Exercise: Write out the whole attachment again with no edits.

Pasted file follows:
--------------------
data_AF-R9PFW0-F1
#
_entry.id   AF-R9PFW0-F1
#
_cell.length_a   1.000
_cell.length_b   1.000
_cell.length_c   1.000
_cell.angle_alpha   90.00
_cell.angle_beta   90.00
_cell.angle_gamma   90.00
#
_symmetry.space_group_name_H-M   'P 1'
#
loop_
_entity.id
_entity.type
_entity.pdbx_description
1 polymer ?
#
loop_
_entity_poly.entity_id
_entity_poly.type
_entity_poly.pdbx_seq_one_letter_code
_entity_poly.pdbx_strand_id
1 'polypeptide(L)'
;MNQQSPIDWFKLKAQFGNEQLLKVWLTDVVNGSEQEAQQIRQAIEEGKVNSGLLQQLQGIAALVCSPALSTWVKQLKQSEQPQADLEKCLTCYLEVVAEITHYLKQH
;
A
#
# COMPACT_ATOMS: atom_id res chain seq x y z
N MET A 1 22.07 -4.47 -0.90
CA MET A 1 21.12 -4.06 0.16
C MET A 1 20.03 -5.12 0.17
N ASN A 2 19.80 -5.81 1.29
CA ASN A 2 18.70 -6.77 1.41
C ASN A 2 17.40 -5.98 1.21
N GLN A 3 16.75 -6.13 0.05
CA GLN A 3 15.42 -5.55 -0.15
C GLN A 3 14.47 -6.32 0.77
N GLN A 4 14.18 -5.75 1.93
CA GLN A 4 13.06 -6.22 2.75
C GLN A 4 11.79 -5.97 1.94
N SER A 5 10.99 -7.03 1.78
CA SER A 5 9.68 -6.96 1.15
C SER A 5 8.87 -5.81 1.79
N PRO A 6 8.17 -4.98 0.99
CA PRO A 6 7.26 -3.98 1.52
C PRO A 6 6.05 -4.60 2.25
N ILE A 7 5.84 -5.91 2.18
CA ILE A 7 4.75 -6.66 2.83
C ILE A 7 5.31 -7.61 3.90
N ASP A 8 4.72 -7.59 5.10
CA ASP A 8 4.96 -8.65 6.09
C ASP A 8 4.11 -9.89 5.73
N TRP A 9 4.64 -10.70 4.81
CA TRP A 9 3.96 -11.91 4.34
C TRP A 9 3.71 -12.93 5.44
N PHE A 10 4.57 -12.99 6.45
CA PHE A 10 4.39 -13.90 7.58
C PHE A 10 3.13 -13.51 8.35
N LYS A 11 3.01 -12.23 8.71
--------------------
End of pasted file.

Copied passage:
data_AF-R9PFW0-F1
#
_entry.id   AF-R9PFW0-F1
#
_cell.length_a   1.000
_cell.length_b   1.000
_cell.length_c   1.000
_cell.angle_alpha   90.00
_cell.angle_beta   90.00
_cell.angle_gamma   90.00
#
_symmetry.space_group_name_H-M   'P 1'
#
loop_
_entity.id
_entity.type
_entity.pdbx_description
1 polymer ?
#
loop_
_entity_poly.entity_id
_entity_poly.type
_entity_poly.pdbx_seq_one_letter_code
_entity_poly.pdbx_strand_id
1 'polypeptide(L)'
;MNQQSPIDWFKLKAQFGNEQLLKVWLTDVVNGSEQEAQQIRQAIEEGKVNSGLLQQLQGIAALVCSPALSTWVKQLKQSEQPQADLEKCLTCYLEVVAEITHYLKQH
;
A
#
# COMPACT_ATOMS: atom_id res chain seq x y z
N MET A 1 22.07 -4.47 -0.90
CA MET A 1 21.12 -4.06 0.16
C MET A 1 20.03 -5.12 0.17
N ASN A 2 19.80 -5.81 1.29
CA ASN A 2 18.70 -6.77 1.41
C ASN A 2 17.40 -5.98 1.21
N GLN A 3 16.75 -6.13 0.05
CA GLN A 3 15.42 -5.55 -0.15
C GLN A 3 14.47 -6.32 0.77
N GLN A 4 14.18 -5.75 1.93
CA GLN A 4 13.06 -6.22 2.75
C GLN A 4 11.79 -5.97 1.94
N SER A 5 10.99 -7.03 1.78
CA SER A 5 9.68 -6.96 1.15
C SER A 5 8.87 -5.81 1.79
N PRO A 6 8.17 -4.98 0.99
CA PRO A 6 7.26 -3.98 1.52
C PRO A 6 6.05 -4.60 2.25
N ILE A 7 5.84 -5.91 2.18
CA ILE A 7 4.75 -6.66 2.83
C ILE A 7 5.31 -7.61 3.90
N ASP A 8 4.72 -7.59 5.10
CA ASP A 8 4.96 -8.65 6.09
C ASP A 8 4.11 -9.89 5.73
N TRP A 9 4.64 -10.70 4.81
CA TRP A 9 3.96 -11.91 4.34
C TRP A 9 3.71 -12.93 5.44
N PHE A 10 4.57 -12.99 6.45
CA PHE A 10 4.39 -13.90 7.58
C PHE A 10 3.13 -13.51 8.35
N LYS A 11 3.01 -12.23 8.71